Chickens are an egg’s way
of making more eggs.
We are trying to see you as you would want to be seen,
the human calling being to grok and rank and teach
all things, enemies as well as undecideds. The best we
can do, though, is see you as we would want to be seen,
if we were you. For example, under a microscope, where
the influenza of you resemble Van Gogh’s Sunflowers,
the West Nile of you, muscular cubist grapes,
the herpes of you, nimbi blooming in radar over Kansas.
You are indeed glorious and dangerous, lascivious
and generous. And the last shall be first, etcetera. Still,
we calculate it better to be chicken than egg, the host,
the boss, the mass, the house, the bus, the beast,
the blessed. Although we’re sure you’re out to kill us,
not just hitch a ride, those of us intimate with the scorn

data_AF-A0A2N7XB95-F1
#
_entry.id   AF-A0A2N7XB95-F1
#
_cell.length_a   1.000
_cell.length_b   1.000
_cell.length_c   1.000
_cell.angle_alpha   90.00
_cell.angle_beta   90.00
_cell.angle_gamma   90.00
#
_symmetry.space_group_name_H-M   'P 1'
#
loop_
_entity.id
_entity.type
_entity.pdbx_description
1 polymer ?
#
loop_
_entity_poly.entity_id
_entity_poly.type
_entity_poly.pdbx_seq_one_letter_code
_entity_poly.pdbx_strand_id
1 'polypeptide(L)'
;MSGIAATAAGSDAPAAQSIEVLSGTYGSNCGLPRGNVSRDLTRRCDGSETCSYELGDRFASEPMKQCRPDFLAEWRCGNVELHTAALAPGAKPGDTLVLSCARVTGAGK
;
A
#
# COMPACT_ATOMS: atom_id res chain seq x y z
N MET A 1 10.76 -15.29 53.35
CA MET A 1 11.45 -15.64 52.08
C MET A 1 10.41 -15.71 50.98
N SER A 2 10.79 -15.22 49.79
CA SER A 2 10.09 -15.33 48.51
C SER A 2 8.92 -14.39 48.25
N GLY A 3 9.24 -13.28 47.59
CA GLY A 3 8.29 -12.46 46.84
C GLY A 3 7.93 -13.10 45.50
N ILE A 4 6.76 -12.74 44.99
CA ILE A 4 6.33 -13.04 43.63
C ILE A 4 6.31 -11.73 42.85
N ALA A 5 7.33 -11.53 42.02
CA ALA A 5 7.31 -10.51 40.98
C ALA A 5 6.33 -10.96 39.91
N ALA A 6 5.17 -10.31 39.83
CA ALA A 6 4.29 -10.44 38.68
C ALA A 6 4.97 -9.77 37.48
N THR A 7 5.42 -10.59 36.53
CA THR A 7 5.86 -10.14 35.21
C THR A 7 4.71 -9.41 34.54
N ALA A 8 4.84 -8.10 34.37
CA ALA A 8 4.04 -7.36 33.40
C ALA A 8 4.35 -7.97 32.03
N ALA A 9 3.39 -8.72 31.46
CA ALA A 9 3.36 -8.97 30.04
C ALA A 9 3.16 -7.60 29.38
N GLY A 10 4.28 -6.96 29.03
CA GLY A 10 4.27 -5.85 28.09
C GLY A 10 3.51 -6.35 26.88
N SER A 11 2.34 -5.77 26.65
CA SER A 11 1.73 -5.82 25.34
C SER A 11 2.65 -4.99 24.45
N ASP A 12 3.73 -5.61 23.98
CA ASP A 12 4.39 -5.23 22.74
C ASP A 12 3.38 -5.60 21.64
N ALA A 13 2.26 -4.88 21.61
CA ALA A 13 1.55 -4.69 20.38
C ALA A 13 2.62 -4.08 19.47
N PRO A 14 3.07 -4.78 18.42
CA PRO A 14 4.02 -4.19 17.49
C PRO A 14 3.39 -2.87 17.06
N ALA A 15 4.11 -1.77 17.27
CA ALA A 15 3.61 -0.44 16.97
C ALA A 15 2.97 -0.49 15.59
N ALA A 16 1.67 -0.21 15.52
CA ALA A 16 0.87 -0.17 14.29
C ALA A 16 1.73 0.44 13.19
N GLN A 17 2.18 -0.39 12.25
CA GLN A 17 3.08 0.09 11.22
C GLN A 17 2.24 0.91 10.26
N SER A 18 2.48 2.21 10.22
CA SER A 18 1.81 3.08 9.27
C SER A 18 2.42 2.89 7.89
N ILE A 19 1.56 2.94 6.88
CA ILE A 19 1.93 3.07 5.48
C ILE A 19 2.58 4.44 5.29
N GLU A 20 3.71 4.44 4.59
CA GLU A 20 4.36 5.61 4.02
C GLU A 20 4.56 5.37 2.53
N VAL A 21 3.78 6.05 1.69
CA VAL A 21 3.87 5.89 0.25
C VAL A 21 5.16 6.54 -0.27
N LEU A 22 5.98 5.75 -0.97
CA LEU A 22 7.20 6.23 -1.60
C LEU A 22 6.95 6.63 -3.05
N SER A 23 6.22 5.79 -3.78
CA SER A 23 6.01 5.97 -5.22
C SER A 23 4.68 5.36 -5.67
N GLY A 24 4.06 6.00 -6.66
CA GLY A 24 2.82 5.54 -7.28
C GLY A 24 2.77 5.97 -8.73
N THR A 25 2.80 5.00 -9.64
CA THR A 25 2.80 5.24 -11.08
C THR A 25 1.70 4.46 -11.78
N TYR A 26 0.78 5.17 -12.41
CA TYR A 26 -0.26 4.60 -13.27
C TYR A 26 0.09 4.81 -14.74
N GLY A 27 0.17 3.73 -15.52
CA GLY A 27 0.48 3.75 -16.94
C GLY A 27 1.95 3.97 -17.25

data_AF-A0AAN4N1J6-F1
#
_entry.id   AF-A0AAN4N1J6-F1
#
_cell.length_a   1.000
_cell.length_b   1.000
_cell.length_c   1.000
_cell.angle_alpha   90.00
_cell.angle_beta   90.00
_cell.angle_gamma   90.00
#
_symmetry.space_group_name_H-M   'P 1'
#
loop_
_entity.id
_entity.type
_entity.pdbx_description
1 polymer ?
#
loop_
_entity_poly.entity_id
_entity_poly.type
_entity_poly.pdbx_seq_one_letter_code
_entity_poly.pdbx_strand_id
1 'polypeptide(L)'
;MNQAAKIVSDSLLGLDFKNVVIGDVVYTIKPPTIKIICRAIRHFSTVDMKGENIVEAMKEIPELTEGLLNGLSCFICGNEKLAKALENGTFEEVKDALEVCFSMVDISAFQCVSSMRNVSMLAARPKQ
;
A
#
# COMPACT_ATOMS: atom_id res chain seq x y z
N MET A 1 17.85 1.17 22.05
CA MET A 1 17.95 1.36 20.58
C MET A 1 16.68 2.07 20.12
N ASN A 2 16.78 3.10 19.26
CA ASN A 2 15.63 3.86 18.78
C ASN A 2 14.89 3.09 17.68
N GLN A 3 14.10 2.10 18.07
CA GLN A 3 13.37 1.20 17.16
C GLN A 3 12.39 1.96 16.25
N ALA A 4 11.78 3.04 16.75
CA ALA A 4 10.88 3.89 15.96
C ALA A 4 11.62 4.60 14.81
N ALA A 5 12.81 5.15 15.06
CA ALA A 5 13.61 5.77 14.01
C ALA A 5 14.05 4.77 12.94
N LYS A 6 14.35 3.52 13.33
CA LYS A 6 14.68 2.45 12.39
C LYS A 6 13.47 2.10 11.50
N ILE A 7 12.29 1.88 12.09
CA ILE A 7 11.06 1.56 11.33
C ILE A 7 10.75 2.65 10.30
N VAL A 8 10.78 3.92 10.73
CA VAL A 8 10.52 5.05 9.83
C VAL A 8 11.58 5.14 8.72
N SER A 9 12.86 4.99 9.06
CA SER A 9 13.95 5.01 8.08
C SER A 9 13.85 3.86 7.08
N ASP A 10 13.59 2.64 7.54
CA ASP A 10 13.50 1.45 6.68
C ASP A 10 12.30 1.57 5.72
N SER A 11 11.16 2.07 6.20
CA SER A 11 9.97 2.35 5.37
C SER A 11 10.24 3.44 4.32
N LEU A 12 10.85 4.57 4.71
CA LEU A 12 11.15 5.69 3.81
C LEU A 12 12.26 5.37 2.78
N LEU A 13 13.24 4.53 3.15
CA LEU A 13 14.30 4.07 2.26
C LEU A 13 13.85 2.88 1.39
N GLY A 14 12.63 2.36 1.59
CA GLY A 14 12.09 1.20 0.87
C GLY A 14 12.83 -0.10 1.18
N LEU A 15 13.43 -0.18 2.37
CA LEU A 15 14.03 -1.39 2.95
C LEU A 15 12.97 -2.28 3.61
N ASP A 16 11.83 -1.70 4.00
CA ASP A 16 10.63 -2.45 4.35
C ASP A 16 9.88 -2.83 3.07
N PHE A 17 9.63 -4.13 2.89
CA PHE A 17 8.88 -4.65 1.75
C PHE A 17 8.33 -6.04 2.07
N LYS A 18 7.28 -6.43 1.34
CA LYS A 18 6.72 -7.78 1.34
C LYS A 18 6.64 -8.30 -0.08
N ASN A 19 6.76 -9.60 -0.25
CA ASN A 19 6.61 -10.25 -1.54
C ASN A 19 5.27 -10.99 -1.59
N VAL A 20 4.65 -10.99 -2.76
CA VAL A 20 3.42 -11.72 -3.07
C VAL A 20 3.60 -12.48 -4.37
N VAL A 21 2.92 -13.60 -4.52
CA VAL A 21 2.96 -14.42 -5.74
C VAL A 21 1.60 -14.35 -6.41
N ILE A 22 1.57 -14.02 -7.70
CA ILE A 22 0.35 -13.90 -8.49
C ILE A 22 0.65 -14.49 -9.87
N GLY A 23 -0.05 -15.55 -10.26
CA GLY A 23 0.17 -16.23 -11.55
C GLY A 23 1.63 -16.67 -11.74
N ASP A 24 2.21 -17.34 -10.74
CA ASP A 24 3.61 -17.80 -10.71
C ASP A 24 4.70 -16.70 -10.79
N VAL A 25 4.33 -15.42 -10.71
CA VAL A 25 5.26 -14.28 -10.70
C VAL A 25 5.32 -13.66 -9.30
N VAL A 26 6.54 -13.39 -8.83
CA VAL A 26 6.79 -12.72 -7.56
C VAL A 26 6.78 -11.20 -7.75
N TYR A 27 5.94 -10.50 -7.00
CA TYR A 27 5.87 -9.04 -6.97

of gods and relatives cannot help welcoming aboard
you pirates who love unquestioned everything we do—
shake the sweaty hand to seal the shady deal, pat
the nose of the panting mutt, bonk in mud, munch
on deep-fried bats and undercooked Whoppers. As if
your training, not our understanding, were the mission
of our clucking minds. Every time we start out believing
you are after them, not us—polio just the young, AIDS
just the gay, Ebola just the dark, now Corona just the old
—it turns out you don’t see us that way, see us as we
just don’t see. This new one of you has us uneasy, playing
Risk six feet apart, stockpiling Spam, drinking detergent
for cleaning out fish tanks, searching the attic for an old
rosé. You must teach us some more, teach us again.
Published in Cider Press Review, Volume 22, Issue 4.
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